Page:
Issues Life After 25

The Inner Struggles of the Modern Black Women & What We Need from Black Men Now More than Ever

By: Saizya White

Black women and girls are different from all other people for the simple fact that we face oppression and discrimination from not only the outside world, but also within our own community from both men and women. Everything about us is criticized from the moment we are born, are we light or dark, is our hair “good” or “bad”? Our natural features are often the driving force behind our oppression despite being celebrated on other races of women around the world.

We learn early that this isn’t just a man’s world, it’s a white man’s world and we possess everything that there is to look down upon including the womb that will bear more black children. One major difference that I find between black women and other women (including other women of color) is the expectations of their men.

It is okay for a white woman or Latina woman to expect courtship and marriage that consists of financial security from their husband, however if black women seek these same things she is made to wear a scarlet “g” for being a gold digger and she is scorned by both men and women in our community for not being independent enough.

In that same token once a black women reaches a certain degree of success she is then equally scorned if she is not married because she put her career before a marriage with children. Why are we so different? Why are expectations of black women and girls so high and at the same time so low at the same time?

I can remember being 13 maybe 14 the first time I was verbally assaulted by a grown black man for not having a smile on my face as I walked past him. He told me to smile and when I didn’t he took that as his opportunity to call me a “black bitch” with a bad attitude. For not smiling? I will be the first to admit that I hold black men and boys to higher standard simply because if we don’t as black women no one will.

No one believes that our sons, brothers or fathers can be great because they don’t want them to be great so I do expect them to treat black women with a higher degree of respect. I don’t expect anyone to kiss the ground we walk on but it would be nice not to be called names just because I don’t have a smile on my face that day, or because I decline to give my number out, or I turn down a drink at the bar.

Why don’t we as black women have a say in the kind of behavior we should accept. No other race of women is expected to “ride or die” like the black woman is and even so doing all of that-going to work 40 hours a week, taking care of the children and a man who would rather “make moves” and not work- what does it get us?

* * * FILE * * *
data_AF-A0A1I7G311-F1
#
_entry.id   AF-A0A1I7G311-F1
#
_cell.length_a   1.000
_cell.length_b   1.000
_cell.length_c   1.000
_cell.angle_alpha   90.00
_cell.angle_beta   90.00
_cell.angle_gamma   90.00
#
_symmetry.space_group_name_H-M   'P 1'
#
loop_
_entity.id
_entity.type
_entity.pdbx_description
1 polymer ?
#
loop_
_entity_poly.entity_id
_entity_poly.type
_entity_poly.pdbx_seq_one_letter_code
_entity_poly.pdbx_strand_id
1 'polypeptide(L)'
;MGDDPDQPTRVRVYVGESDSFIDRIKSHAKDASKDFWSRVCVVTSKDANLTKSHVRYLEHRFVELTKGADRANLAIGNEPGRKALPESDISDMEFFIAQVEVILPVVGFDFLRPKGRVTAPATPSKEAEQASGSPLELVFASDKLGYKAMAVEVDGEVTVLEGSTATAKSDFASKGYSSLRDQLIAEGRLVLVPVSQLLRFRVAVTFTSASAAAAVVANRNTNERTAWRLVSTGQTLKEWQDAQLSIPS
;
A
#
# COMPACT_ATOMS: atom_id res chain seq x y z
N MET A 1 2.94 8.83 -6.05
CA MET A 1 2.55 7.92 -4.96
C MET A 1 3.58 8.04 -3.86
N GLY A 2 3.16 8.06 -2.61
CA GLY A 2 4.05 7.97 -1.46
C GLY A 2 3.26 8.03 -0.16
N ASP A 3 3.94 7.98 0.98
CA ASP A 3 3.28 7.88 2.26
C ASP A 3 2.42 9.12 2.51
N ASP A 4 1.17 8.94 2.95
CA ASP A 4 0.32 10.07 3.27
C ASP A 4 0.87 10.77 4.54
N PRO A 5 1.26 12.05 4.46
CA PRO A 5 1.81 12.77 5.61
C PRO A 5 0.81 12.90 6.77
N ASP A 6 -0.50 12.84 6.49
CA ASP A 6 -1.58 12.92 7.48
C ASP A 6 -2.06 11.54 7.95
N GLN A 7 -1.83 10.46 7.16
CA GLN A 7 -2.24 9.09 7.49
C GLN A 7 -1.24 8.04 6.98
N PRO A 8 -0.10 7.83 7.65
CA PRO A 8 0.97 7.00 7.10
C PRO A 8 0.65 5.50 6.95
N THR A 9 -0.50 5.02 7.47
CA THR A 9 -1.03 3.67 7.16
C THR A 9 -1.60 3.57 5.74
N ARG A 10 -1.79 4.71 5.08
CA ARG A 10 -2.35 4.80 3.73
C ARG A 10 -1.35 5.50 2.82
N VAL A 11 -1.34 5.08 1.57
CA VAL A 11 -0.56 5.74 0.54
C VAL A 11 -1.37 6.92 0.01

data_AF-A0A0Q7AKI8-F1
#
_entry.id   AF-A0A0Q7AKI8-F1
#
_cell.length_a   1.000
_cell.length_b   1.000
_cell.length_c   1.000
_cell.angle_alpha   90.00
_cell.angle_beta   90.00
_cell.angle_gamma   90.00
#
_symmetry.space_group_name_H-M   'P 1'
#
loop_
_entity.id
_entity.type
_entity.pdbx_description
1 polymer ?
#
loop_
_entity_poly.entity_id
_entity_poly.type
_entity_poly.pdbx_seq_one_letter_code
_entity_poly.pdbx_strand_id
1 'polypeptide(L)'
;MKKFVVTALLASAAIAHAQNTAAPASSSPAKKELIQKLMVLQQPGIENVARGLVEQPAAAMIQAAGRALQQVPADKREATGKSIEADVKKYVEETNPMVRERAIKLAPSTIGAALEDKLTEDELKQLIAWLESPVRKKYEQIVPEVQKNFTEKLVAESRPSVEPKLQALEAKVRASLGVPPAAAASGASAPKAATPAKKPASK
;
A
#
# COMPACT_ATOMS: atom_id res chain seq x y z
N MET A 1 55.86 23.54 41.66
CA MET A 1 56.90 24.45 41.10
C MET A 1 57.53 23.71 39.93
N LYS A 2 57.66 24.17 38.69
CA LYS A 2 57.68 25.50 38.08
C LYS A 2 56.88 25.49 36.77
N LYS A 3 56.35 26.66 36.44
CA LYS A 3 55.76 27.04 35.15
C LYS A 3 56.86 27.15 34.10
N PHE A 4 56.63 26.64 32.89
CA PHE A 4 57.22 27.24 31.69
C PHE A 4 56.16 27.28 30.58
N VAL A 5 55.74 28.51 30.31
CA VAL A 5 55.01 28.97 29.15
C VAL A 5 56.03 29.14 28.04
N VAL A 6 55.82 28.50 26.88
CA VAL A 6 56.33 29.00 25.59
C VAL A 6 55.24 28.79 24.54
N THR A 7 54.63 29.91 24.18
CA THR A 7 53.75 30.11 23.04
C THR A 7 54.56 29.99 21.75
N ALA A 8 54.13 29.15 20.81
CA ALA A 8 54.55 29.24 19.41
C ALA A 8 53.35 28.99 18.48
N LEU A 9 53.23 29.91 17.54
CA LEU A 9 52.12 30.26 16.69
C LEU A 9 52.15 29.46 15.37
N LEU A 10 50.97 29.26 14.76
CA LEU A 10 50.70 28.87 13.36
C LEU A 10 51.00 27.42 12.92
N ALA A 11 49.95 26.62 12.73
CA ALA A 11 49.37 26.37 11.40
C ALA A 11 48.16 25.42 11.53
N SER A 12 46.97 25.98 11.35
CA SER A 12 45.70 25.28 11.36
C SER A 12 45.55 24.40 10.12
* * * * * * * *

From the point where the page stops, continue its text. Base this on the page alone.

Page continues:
Why are we pushed to be independent just so that we can have more means to take care of men who would call us gold diggers if it were the other way around? Don’t get me wrong I love black men, if I had my way I would marry a black man, black men would teach my children in school, my children would work for black men, and they would be the staple of strength in my children’s lives however in the world we live in it is not always the case.

My children will have to be exposed to other races and some of the stereotypes that they have for them. My only hope is that people will stop looking at black women as unsavory, ghetto, loud, and rambunctious, and instead see us as real women not females, who have emotions, and intelligence, and are deserving of love and admiration.

We are women too. We are tired of being left out of the conversation when it comes to black lives mattering. I read one article that stated black girls were suspended in school at 6 times the rate of white girls. I’m sure white girls are misbehaving just as much but the difference I feel is that they are seen as what they are, young girls who need a little guidance and another chance, and we on the other hand are seen as aggressive and argumentative.

What we need from our black man and boys is protection and understanding to the fact that we are up against the same exact hurdles you are and we want to jump over them with you. We need you black men, we need you because we don’t have anyone else. We need you to look past the fetishism that is projected onto us from other races of men. You are the only one who can truly understand what we go through because you are the only one going through it too. Stand by us and we are unstoppable.

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